Marketing has historically relied on gimmicks like catchy jingles, quippy one-liners, and flattering words to capture consumers’ attention. Longform commercials let companies tell a little bit more of their story, and marketers discovered the value of storytelling.
Over the past few decades, informational content has replaced most of the gimmicky tactics as consumers have gained greater access to information and better research skills. If companies don’t offer it, people more often than not will search for relevant information on products and companies before making decisions.
To catch a customer’s attention, companies should consider their storytelling capabilities — and make sure their operational reality stands up to the story they’re telling. If it doesn’t, Internet Sleuths will certainly find out at some point, and that company will get Cancelled. Honesty is important to consumers — they hate getting duped.
The value of a story lies in its relatability and ability to evoke emotion in the listener. The purpose of a story is to deliver information in an engaging, poignant, or entertaining package.
Example: Subaru’s Love Promise
Take Subaru, for instance. Subaru does an excellent job of utilizing storytelling in their marketing campaigns by connecting their product to a particular emotion — love — rather than focusing on the features or functions of their vehicles.
They do this in a range of ways, from conveying relief when a parent sees their teenager getting home safe in the Subie, to a humorous collection of commercials featuring a dog family that drives a Subaru. Instead of describing safety features, they convey through storytelling the way Subaru drivers feel about, and because of the vehicle they own.
They capture the audience’s attention, then let the interested listeners go seek out any specific information they want to know about the vehicle. This is a powerful strategy of engagement.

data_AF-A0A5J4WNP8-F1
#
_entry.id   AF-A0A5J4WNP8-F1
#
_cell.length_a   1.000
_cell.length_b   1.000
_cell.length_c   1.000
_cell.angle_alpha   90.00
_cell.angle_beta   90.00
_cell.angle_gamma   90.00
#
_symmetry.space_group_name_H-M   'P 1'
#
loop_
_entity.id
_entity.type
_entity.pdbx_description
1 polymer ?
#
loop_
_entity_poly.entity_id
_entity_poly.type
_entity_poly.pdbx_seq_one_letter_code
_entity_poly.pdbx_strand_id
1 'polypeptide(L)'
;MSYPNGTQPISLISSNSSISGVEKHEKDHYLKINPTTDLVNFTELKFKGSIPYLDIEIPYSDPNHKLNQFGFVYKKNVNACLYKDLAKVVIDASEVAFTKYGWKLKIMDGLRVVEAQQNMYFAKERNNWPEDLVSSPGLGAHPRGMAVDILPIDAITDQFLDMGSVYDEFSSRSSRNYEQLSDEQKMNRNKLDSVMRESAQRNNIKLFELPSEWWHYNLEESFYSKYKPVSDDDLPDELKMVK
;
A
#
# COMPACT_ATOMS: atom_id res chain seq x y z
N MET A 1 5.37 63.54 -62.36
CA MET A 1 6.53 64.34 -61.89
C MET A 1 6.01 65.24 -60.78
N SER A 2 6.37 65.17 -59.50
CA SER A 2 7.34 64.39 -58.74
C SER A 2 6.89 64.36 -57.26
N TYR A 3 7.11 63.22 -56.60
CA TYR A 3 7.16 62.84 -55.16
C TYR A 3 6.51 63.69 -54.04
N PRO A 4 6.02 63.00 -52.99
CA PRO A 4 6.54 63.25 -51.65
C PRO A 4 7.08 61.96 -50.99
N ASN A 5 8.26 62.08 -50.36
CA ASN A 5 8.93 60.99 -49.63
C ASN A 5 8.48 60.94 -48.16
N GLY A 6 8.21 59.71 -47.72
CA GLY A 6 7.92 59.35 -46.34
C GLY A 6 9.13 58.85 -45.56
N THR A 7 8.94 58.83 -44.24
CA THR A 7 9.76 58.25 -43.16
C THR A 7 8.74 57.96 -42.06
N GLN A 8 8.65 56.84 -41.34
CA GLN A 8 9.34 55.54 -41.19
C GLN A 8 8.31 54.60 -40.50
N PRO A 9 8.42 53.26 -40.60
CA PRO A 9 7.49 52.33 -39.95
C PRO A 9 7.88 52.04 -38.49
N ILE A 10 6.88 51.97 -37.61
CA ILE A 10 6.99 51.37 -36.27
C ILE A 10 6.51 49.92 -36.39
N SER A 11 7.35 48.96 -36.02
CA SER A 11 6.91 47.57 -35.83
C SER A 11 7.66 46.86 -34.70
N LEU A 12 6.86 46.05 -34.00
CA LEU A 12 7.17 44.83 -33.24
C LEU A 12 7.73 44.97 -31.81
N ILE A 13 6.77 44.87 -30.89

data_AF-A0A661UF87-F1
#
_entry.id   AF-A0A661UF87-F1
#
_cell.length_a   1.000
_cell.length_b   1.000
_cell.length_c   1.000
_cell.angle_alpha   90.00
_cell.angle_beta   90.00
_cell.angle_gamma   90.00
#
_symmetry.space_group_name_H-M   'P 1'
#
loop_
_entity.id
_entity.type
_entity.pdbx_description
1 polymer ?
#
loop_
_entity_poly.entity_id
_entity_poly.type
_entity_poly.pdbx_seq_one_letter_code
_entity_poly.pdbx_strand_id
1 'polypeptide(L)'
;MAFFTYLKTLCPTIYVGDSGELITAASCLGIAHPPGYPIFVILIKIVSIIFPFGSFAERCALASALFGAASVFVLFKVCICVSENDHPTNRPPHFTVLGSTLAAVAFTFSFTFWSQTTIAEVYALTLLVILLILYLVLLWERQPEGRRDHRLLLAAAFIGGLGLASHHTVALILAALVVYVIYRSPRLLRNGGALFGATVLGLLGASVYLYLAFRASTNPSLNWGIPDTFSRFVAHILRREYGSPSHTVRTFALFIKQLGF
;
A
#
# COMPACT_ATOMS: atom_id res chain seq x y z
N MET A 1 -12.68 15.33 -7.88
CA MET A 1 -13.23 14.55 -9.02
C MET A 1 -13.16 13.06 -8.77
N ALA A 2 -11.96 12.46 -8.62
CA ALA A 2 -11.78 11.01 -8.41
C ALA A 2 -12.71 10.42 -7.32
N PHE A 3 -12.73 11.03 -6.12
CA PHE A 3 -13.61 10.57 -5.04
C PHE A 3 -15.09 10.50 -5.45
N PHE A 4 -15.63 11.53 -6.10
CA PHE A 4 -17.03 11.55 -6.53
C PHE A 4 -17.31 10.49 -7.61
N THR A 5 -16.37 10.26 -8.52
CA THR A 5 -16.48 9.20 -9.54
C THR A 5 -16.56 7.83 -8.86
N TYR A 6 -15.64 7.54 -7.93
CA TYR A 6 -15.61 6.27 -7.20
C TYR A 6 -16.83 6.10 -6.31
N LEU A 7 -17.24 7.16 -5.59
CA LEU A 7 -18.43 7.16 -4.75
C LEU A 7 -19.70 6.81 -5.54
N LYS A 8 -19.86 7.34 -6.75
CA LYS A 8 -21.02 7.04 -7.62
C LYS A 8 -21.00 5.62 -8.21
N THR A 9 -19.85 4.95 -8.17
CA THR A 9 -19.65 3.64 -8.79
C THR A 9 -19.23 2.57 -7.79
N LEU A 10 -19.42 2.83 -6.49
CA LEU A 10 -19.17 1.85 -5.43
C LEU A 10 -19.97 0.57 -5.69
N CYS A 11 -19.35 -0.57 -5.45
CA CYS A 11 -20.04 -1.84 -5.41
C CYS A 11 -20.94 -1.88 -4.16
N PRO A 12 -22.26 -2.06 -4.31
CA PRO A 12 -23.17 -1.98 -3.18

Both storytellers and audiences can learn from the exercise of crafting, telling, and listening to a story. People today are concerned with the ethics and values of the businesses that they support, not just the quality or efficacy of the product or service they offer.
Using stories to convey information about a business, what they offer, and why they do what they do, creates a path of connection for the consumer.
Facts are certainly important, but they seldom elicit any emotion — the spark that enables a meaningful connection with consumers. Marketers learn from storytelling by engaging with the world around them and observing first hand what is driving the consumer to purchase products.
Consumers are often overloaded with different types of media. Media fragmentation is a new issue, born from increased access to media from a plethora of sources and delivery methods.
Marketers now have a greater need for a different delivery method. Storytelling is an effective tactic that can help cut through the noise of media fragmentation and gives the consumer an alternative introduction to your brand. Storytelling piques consumers’ interest and gives them a reason to ignore the rest of the noise and take a moment to engage with your brand.
Storytelling in marketing is more than an alternative creative approach to gaining new customers, it requires a unique understanding of digital consumers and the brand you are marketing.
Every company has stories to tell about how things got started, the hardships it has overcome and how, or about the people that make it run and why they’re important. Shaping your stories and what you offer into content that will engage your target audience can be challenging and you might need help to do it effectively.
At Jexan, we delve deep into your business, staff, and what you offer. We seek to understand what motivates and drives our clients’ organizations. This understanding enables us to give voice to the unique story behind your business and brand that facilitates a deep connection with your targeted audience.